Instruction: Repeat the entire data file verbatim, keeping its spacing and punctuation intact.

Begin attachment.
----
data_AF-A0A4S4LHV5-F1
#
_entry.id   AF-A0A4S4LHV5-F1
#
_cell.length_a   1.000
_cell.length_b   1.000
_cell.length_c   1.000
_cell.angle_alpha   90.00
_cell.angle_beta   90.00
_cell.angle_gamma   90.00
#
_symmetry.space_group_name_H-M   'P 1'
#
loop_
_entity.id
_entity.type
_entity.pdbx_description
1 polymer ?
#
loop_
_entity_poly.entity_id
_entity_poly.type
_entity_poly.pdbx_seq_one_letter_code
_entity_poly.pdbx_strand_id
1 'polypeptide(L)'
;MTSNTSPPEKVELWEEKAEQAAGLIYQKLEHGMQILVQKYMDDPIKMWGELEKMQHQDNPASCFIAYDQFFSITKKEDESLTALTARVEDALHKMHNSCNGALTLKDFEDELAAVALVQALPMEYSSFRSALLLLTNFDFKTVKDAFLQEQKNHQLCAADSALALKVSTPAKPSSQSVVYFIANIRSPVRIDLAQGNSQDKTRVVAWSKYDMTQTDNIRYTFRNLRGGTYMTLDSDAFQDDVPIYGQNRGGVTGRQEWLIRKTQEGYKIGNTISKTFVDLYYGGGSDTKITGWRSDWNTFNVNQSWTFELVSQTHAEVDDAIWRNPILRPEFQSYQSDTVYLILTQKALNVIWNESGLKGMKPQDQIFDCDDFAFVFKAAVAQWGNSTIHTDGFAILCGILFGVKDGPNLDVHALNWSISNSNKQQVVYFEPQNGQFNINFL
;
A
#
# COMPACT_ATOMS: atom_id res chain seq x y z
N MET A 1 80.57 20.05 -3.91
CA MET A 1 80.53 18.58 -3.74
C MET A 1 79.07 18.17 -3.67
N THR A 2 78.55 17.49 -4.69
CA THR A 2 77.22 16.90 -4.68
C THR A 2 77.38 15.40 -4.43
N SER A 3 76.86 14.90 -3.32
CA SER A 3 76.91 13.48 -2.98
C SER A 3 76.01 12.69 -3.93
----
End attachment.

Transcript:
data_AF-A0A4S4LHV5-F1
#
_entry.id   AF-A0A4S4LHV5-F1
#
_cell.length_a   1.000
_cell.length_b   1.000
_cell.length_c   1.000
_cell.angle_alpha   90.00
_cell.angle_beta   90.00
_cell.angle_gamma   90.00
#
_symmetry.space_group_name_H-M   'P 1'
#
loop_
_entity.id
_entity.type
_entity.pdbx_description
1 polymer ?
#
loop_
_entity_poly.entity_id
_entity_poly.type
_entity_poly.pdbx_seq_one_letter_code
_entity_poly.pdbx_strand_id
1 'polypeptide(L)'
;MTSNTSPPEKVELWEEKAEQAAGLIYQKLEHGMQILVQKYMDDPIKMWGELEKMQHQDNPASCFIAYDQFFSITKKEDESLTALTARVEDALHKMHNSCNGALTLKDFEDELAAVALVQALPMEYSSFRSALLLLTNFDFKTVKDAFLQEQKNHQLCAADSALALKVSTPAKPSSQSVVYFIANIRSPVRIDLAQGNSQDKTRVVAWSKYDMTQTDNIRYTFRNLRGGTYMTLDSDAFQDDVPIYGQNRGGVTGRQEWLIRKTQEGYKIGNTISKTFVDLYYGGGSDTKITGWRSDWNTFNVNQSWTFELVSQTHAEVDDAIWRNPILRPEFQSYQSDTVYLILTQKALNVIWNESGLKGMKPQDQIFDCDDFAFVFKAAVAQWGNSTIHTDGFAILCGILFGVKDGPNLDVHALNWSISNSNKQQVVYFEPQNGQFNINFL
;
A
#
# COMPACT_ATOMS: atom_id res chain seq x y z
N MET A 1 80.57 20.05 -3.91
CA MET A 1 80.53 18.58 -3.74
C MET A 1 79.07 18.17 -3.67
N THR A 2 78.55 17.49 -4.69
CA THR A 2 77.22 16.90 -4.68
C THR A 2 77.38 15.40 -4.43
N SER A 3 76.86 14.90 -3.32
CA SER A 3 76.91 13.48 -2.98
C SER A 3 76.01 12.69 -3.93